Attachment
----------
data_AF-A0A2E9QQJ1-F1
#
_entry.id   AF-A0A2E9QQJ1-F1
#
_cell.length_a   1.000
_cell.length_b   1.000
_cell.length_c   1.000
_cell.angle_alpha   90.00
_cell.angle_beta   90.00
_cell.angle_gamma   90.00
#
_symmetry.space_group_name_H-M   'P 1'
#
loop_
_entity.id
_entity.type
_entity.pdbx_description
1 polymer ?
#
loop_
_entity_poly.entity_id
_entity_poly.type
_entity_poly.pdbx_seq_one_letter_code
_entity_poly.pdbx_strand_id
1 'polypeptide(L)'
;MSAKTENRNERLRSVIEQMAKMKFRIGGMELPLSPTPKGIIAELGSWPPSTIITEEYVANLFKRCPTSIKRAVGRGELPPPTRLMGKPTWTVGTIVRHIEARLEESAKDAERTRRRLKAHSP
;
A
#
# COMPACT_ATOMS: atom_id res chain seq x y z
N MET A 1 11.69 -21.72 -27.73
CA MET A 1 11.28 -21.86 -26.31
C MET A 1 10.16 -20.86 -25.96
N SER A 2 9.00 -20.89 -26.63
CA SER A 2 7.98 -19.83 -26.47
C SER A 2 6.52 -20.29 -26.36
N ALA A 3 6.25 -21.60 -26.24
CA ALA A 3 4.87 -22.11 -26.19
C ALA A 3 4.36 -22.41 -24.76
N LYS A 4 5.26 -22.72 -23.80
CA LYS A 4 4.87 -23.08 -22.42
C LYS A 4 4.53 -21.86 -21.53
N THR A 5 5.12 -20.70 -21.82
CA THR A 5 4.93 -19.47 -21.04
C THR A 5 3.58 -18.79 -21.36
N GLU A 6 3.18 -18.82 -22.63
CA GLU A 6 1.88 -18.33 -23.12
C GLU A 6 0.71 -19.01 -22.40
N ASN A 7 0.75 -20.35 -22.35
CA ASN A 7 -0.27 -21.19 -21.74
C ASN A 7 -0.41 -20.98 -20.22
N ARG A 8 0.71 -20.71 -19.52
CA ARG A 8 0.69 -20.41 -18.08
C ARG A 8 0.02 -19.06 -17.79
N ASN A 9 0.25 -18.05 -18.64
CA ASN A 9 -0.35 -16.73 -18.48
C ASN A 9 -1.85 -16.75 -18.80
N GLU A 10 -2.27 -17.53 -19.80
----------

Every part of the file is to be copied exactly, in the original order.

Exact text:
data_AF-A0A2E9QQJ1-F1
#
_entry.id   AF-A0A2E9QQJ1-F1
#
_cell.length_a   1.000
_cell.length_b   1.000
_cell.length_c   1.000
_cell.angle_alpha   90.00
_cell.angle_beta   90.00
_cell.angle_gamma   90.00
#
_symmetry.space_group_name_H-M   'P 1'
#
loop_
_entity.id
_entity.type
_entity.pdbx_description
1 polymer ?
#
loop_
_entity_poly.entity_id
_entity_poly.type
_entity_poly.pdbx_seq_one_letter_code
_entity_poly.pdbx_strand_id
1 'polypeptide(L)'
;MSAKTENRNERLRSVIEQMAKMKFRIGGMELPLSPTPKGIIAELGSWPPSTIITEEYVANLFKRCPTSIKRAVGRGELPPPTRLMGKPTWTVGTIVRHIEARLEESAKDAERTRRRLKAHSP
;
A
#
# COMPACT_ATOMS: atom_id res chain seq x y z
N MET A 1 11.69 -21.72 -27.73
CA MET A 1 11.28 -21.86 -26.31
C MET A 1 10.16 -20.86 -25.96
N SER A 2 9.00 -20.89 -26.63
CA SER A 2 7.98 -19.83 -26.47
C SER A 2 6.52 -20.29 -26.36
N ALA A 3 6.25 -21.60 -26.24
CA ALA A 3 4.87 -22.11 -26.19
C ALA A 3 4.36 -22.41 -24.76
N LYS A 4 5.26 -22.72 -23.80
CA LYS A 4 4.87 -23.08 -22.42
C LYS A 4 4.53 -21.86 -21.53
N THR A 5 5.12 -20.70 -21.82
CA THR A 5 4.93 -19.47 -21.04
C THR A 5 3.58 -18.79 -21.36
N GLU A 6 3.18 -18.82 -22.63
CA GLU A 6 1.88 -18.33 -23.12
C GLU A 6 0.71 -19.01 -22.40
N ASN A 7 0.75 -20.35 -22.35
CA ASN A 7 -0.27 -21.19 -21.74
C ASN A 7 -0.41 -20.98 -20.22
N ARG A 8 0.71 -20.71 -19.52
CA ARG A 8 0.69 -20.41 -18.08
C ARG A 8 0.02 -19.06 -17.79
N ASN A 9 0.25 -18.05 -18.64
CA ASN A 9 -0.35 -16.73 -18.48
C ASN A 9 -1.85 -16.75 -18.80
N GLU A 10 -2.27 -17.53 -19.80